Let's see, just checking... DWC recycles its Brendan Johnson obsession twice this Sunday... revisits the "Kristi's so brave for calling school lunch bad" meme...

...huh, but nothing about that Sioux Falls paper's banner story about the Republican primary that DWC's sponsor M. Michael Rounds expects. Imagine that. There's a primary that even DWC itself acknowledges will happen, but the GOP propaganda machines focuses its discussion on a Democratic primary that it wishes would happen but which at this point does not seem as likely as an ideological battle between not-quite-conservative-enough Rounds and whatever Norquistian culture warrior can earn Jim DeMint's financial favor.

Ah, but parsing DWC distracts us from the real news. Who are those GOP challengers, Mr. Montgomery? And why are they challenging?

“There are a lot of people that are discouraged, in a sense, from the way Gov. Rounds spent his time in Pierre,” said state Rep. Manny Steele, R-Sioux Falls.

Several Republicans have said they’re considering a run for Senate against Rounds, including state Sen. Larry Rhoden, former lawmaker Bill Napoli and former Lt. Gov. Steve Kirby. And the most prominent potential challenger, U.S. Rep. Kristi Noem, has refused to rule out a run [David Montgomery, "Conservatives Cool on Rounds in Senate Bid," that Sioux Falls paper, 2013.04.07].

Noem has a horse. Napoli has Rapid City wingnuts. Kirby has money. Rhoden occasionally has a butt-kicking mustache. (Grow it back, Larry, and I will endorse in the primary!)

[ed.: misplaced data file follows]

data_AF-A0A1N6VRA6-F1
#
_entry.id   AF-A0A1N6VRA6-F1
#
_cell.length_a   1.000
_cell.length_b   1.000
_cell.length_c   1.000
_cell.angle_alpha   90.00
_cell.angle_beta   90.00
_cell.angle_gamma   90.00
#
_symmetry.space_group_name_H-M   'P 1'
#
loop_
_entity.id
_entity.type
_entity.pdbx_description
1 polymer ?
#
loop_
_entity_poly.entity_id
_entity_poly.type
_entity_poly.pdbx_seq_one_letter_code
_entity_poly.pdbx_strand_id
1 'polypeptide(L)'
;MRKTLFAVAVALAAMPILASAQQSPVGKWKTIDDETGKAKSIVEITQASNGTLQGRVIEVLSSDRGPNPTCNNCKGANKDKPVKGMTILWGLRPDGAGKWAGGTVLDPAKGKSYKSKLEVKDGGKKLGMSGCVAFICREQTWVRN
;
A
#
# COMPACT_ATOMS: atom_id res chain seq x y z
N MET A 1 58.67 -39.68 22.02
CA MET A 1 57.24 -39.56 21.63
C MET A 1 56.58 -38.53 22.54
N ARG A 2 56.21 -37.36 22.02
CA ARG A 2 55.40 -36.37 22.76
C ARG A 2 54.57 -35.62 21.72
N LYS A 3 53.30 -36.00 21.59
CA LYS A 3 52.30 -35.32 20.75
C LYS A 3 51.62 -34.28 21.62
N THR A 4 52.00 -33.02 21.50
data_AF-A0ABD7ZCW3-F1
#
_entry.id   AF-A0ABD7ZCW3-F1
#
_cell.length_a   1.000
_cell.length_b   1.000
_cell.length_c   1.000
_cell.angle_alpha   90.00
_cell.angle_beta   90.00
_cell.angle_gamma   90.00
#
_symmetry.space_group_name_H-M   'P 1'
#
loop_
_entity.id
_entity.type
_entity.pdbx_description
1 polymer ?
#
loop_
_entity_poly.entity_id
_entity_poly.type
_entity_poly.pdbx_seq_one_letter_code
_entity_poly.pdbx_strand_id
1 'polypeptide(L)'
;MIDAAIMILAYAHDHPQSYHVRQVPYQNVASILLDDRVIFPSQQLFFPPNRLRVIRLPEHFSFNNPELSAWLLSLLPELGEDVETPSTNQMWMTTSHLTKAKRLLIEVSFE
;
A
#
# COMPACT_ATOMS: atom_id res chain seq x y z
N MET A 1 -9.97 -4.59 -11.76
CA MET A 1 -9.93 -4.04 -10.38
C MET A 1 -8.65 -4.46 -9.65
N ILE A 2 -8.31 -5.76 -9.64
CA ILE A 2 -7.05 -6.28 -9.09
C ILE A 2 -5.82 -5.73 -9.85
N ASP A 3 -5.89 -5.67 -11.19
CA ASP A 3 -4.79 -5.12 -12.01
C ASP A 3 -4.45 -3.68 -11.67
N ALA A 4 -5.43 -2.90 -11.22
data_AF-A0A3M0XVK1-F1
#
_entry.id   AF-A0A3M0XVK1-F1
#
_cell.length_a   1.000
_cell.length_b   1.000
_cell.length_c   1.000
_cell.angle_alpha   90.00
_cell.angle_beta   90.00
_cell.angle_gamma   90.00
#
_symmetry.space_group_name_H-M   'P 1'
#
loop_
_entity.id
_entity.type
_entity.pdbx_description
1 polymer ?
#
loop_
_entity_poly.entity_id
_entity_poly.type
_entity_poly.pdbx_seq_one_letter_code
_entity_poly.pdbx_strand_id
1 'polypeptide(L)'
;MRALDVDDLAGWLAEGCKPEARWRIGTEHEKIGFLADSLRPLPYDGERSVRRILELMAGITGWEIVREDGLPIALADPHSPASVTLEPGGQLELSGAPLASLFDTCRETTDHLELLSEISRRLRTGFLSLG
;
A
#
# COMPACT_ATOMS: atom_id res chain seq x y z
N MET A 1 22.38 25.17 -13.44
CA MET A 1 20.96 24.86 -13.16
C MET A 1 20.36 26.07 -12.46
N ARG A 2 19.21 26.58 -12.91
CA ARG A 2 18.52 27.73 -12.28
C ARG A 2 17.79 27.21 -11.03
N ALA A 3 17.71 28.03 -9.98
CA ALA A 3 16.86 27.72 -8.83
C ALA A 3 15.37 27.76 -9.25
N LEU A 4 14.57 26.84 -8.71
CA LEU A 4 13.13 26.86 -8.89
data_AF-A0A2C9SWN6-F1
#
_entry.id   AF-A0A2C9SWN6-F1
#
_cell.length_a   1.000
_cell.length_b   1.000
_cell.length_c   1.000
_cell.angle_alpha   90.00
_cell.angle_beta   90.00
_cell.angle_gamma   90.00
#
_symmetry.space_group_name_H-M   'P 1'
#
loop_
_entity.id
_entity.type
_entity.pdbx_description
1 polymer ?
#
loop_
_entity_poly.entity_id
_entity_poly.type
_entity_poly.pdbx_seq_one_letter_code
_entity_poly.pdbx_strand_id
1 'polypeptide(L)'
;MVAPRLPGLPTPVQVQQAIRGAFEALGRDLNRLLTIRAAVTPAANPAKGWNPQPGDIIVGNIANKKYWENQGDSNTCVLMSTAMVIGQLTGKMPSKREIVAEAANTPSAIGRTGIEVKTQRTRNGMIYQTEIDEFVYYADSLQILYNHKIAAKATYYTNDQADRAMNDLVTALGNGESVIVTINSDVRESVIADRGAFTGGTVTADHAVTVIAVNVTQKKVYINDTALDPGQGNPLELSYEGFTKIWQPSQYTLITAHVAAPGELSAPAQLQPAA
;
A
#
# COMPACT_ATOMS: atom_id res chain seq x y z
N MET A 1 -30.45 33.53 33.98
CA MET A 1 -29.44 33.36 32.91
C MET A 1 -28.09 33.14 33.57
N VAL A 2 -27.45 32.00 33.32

Those Republicans could easily beat Rounds by pointing out what a sloppy job he did of handling the state's finances. Alas, they may spend more time hollering about Rounds's persistent refusal to take Grover Norquist's no-new-taxes pledge (didn't Republicans put Grover to bed last fall?). And on that point, Rounds defends his pragmatism as serving South Dakota's best interests:

“While we may know how we would feel about a particular issue right now, when things change, when circumstances change, a good legislator or congressperson should have the ability to reconsider their own position on an issue,” Rounds said.

Making promises “sounds easy,” Rounds said. But he said it’s bad for government, especially when the pledge is to a specific group.

“You’ll have all sorts of very specific special interest groups that will be in trying to ... put themselves in a position to be able to demand accountability for their pledges for years to come,” he said. “I don’t think that’s necessarily good for the voters in South Dakota” [Montgomery, 2013.04.07].

I like that answer. So would, I speculate, a majority of any group of South Dakotans... other than GOP primary voters. Joel Rosenthal tells Montgomery that there's a core of activists, "10 to 15 percent who are going to vote against Mike Rounds, no matter who" runs against him. Whether those activists can unify behind a candidate strong enough to challenge the Rounds-mainstream-GOP money machine is an open question...

...and a really interesting question that you'd think a blog pretending to be South Dakota's best political blog would spend more time discussing.